A practicing psychologist, she had recently gotten married and was aware that there was all too little conversation revolving around the psychological challenges of the experience. “When you get engaged, it’s the ring, the venue, the flowers, which is all wonderful and interesting, but nobody seemed to be talking about the universal experience that this is also difficult,” she said.

For Dr. Charnas, weddings are not just weddings, but rather pressure-cooker moments that contain layer upon layer of psychologically fraught material. “Typically, it’s really not whether you’re having roses or lilies that is keeping you up at night,” she said. “While that may be the manifest content of it, the underlying content could be a number of things, like fears of disappointing your mother, or disappointing yourself. There are so many latent emotions.”

Thus, for Dr. Charnas, within weddings lies the very fullness of human experience. This is what makes every case different, every stressed-out bride-to-be distinct from the last.

In Los Altos, Calif., the psychologist Howard Scott Warshaw has developed his own brand as “The Silicon Valley Therapist,” specializing in everything that he says makes Silicon Valley unique: the particular personality type that is suited for computer programming but less adept at parsing human ambiguity, the environment that seems to expect nothing less than extraordinary achievement.

“Some of these engineers, they love the software world, because it provides a metaphor of looking at life that really makes sense and facilitates their entire worldview,” Mr. Warshaw said. “So if you’re going to deal with someone like that and you can’t speak that language, there’s going to be a real communication problem.”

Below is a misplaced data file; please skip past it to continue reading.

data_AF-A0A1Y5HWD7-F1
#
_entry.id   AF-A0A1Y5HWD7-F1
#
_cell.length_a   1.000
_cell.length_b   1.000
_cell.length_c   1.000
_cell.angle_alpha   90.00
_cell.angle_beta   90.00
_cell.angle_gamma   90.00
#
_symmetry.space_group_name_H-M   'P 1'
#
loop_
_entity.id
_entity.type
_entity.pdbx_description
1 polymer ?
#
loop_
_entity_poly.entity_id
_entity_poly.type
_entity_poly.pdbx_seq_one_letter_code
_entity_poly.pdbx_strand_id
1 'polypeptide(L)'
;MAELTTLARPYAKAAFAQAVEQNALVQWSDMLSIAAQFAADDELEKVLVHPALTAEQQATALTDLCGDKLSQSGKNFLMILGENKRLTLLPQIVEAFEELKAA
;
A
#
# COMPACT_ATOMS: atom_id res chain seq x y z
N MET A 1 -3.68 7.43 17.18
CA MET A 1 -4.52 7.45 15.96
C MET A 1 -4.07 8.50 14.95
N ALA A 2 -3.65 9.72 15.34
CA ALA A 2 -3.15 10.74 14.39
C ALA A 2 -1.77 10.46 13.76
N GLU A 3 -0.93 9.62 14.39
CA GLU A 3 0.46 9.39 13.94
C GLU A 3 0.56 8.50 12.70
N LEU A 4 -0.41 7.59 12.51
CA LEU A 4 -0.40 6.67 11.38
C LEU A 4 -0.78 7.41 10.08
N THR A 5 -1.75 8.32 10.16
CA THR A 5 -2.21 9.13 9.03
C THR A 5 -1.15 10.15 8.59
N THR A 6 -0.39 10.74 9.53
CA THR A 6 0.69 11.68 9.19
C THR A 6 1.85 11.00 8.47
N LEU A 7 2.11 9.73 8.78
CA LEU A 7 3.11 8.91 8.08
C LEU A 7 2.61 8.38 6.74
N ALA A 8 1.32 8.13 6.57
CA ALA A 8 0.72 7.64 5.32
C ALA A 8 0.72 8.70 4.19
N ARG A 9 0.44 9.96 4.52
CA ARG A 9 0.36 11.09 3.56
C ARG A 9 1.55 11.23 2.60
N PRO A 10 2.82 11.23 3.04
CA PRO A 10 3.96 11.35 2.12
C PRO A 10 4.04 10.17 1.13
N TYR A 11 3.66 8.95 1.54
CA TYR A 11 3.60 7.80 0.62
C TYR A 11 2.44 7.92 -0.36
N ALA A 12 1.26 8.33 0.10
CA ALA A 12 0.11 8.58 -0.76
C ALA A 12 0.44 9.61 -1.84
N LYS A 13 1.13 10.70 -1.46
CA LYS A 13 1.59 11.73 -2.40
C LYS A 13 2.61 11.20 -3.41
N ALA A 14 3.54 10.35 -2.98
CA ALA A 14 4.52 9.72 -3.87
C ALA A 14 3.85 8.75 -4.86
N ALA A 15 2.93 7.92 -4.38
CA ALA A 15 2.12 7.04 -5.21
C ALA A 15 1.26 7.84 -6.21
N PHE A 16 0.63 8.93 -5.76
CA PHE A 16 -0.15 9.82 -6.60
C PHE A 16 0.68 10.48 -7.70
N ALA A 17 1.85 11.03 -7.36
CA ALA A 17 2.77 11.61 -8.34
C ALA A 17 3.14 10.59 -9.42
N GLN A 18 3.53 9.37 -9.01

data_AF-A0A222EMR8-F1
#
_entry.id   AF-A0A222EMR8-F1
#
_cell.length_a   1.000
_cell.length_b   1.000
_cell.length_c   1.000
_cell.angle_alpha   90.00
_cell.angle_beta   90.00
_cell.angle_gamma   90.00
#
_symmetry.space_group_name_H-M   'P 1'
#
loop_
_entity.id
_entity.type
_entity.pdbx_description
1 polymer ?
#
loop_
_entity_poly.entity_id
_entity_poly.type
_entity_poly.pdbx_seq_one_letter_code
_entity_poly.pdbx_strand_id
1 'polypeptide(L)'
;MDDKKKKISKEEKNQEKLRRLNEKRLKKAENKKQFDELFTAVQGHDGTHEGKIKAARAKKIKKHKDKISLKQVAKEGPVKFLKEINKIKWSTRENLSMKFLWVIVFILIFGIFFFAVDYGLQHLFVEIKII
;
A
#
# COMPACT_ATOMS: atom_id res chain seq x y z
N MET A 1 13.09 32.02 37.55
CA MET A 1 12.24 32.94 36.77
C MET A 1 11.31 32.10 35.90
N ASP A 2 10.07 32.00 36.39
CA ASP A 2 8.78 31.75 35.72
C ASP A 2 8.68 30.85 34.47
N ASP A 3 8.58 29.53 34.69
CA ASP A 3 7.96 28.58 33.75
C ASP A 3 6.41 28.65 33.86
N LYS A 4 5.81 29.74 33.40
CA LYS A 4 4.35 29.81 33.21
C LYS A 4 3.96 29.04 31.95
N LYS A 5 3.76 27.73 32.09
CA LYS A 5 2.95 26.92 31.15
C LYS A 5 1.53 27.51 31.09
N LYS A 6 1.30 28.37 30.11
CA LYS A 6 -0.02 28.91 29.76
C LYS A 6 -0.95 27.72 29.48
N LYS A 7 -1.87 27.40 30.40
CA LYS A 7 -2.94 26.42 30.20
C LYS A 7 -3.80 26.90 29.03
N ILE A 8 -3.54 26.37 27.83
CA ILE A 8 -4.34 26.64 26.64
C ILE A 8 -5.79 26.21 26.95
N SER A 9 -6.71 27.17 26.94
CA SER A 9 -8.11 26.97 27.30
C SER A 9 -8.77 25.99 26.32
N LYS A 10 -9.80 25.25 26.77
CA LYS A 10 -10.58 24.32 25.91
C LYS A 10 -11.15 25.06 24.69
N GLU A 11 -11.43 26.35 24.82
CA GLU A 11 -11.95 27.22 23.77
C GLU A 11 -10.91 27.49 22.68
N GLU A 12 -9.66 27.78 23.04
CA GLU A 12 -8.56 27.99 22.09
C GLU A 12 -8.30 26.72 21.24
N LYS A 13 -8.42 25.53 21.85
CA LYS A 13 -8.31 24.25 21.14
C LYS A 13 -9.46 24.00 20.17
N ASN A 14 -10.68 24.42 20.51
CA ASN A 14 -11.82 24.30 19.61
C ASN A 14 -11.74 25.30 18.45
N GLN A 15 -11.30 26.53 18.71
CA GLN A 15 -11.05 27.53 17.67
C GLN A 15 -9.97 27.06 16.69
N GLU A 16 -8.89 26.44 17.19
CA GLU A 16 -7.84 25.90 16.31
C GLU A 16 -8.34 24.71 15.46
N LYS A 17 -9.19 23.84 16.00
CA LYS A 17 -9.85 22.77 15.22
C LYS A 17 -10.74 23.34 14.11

But many clinicians would contend that shared experience is irrelevant to the treatment of their patients. “This whole idea that when you walk in the door, there’s a template for: ‘We are the same, and out of that sameness we can build an immediate rapport, to me that seems like a very problematic notion,” said Michael Garfinkle, a psychoanalyst in New York. “My basic orientation, especially at the beginning, is a great curiosity and openness to what I’m hearing. There’s a recognition that it takes a long time to learn the way that someone speaks.”

Dr. Garfinkle is often asked by prospective patients, “Do you have a specialty?”

This is how he likes to respond: “My youngest patient is 9, my oldest patient is 82. My patient who’s most well is mildly anxious, my most severely ill patient, so to speak, is someone who has been in and out of hospitals with schizophrenia for most of his life.”

Similarly, Justin Shubert, a psychologist in Los Angeles and the director ofSilver Lake Psychotherapy, is quick to note that seeing a therapist whose label matches your label is not without its hazards.

“It can be limiting because you may end up with someone with a narrower perspective,” Dr. Shubert said. “Just because someone understands what it’s like to work with a Hasidic Jew, doesn’t mean that they understand what it’s like to have two sisters, or to be depressed.”

But in all this talk of software development cycles and maximized potential, it’s easy to lose sight of something much more fundamental, a persistent truth that surfaces again and again when therapists talk about what actually helps their patients.

As Dr. Shubert observed, “Regardless of the technique that the therapist uses, it’s the relationship itself that heals.”

His perception is hardly newfangled. Freud himself had something to say on this subject. In a letter to Carl Jung, written in 1906, he put it thus: “Psychoanalysis is, in essence, a cure through love.”